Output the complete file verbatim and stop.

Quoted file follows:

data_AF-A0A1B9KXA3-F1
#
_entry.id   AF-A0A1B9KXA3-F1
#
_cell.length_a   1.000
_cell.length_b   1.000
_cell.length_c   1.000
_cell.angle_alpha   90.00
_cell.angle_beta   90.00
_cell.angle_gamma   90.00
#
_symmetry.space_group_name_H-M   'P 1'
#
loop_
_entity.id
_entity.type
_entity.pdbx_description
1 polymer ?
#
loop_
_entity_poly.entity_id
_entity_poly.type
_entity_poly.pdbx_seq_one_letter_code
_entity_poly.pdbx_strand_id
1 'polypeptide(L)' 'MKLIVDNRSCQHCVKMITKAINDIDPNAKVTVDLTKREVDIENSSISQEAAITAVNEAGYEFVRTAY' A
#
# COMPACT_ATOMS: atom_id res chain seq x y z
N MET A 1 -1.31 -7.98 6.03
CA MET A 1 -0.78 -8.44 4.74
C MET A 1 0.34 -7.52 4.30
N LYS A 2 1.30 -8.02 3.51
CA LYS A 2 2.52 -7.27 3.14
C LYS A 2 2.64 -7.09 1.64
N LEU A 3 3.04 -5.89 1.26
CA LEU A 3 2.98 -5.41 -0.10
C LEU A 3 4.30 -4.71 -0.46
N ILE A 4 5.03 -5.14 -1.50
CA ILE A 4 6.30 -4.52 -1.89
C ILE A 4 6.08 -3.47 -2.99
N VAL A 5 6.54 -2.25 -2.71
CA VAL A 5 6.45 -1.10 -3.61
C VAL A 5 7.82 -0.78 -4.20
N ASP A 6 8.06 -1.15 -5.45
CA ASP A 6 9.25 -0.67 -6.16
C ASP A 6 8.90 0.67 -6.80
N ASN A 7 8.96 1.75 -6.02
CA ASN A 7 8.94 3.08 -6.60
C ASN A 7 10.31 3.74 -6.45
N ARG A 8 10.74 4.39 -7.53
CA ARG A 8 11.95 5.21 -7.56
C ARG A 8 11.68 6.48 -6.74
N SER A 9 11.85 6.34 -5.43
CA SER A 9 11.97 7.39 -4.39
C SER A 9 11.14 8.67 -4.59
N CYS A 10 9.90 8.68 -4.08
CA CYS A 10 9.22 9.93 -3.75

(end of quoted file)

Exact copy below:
data_AF-A0A1B9KXA3-F1
#
_entry.id   AF-A0A1B9KXA3-F1
#
_cell.length_a   1.000
_cell.length_b   1.000
_cell.length_c   1.000
_cell.angle_alpha   90.00
_cell.angle_beta   90.00
_cell.angle_gamma   90.00
#
_symmetry.space_group_name_H-M   'P 1'
#
loop_
_entity.id
_entity.type
_entity.pdbx_description
1 polymer ?
#
loop_
_entity_poly.entity_id
_entity_poly.type
_entity_poly.pdbx_seq_one_letter_code
_entity_poly.pdbx_strand_id
1 'polypeptide(L)' 'MKLIVDNRSCQHCVKMITKAINDIDPNAKVTVDLTKREVDIENSSISQEAAITAVNEAGYEFVRTAY' A
#
# COMPACT_ATOMS: atom_id res chain seq x y z
N MET A 1 -1.31 -7.98 6.03
CA MET A 1 -0.78 -8.44 4.74
C MET A 1 0.34 -7.52 4.30
N LYS A 2 1.30 -8.02 3.51
CA LYS A 2 2.52 -7.27 3.14
C LYS A 2 2.64 -7.09 1.64
N LEU A 3 3.04 -5.89 1.26
CA LEU A 3 2.98 -5.41 -0.10
C LEU A 3 4.30 -4.71 -0.46
N ILE A 4 5.03 -5.14 -1.50
CA ILE A 4 6.30 -4.52 -1.89
C ILE A 4 6.08 -3.47 -2.99
N VAL A 5 6.54 -2.25 -2.71
CA VAL A 5 6.45 -1.10 -3.61
C VAL A 5 7.82 -0.78 -4.20
N ASP A 6 8.06 -1.15 -5.45
CA ASP A 6 9.25 -0.67 -6.16
C ASP A 6 8.90 0.67 -6.80
N ASN A 7 8.96 1.75 -6.02
CA ASN A 7 8.94 3.08 -6.60
C ASN A 7 10.31 3.74 -6.45
N ARG A 8 10.74 4.39 -7.53
CA ARG A 8 11.95 5.21 -7.56
C ARG A 8 11.68 6.48 -6.74
N SER A 9 11.85 6.34 -5.43
CA SER A 9 11.97 7.39 -4.39
C SER A 9 11.14 8.67 -4.59
N CYS A 10 9.90 8.68 -4.08
CA CYS A 10 9.22 9.93 -3.75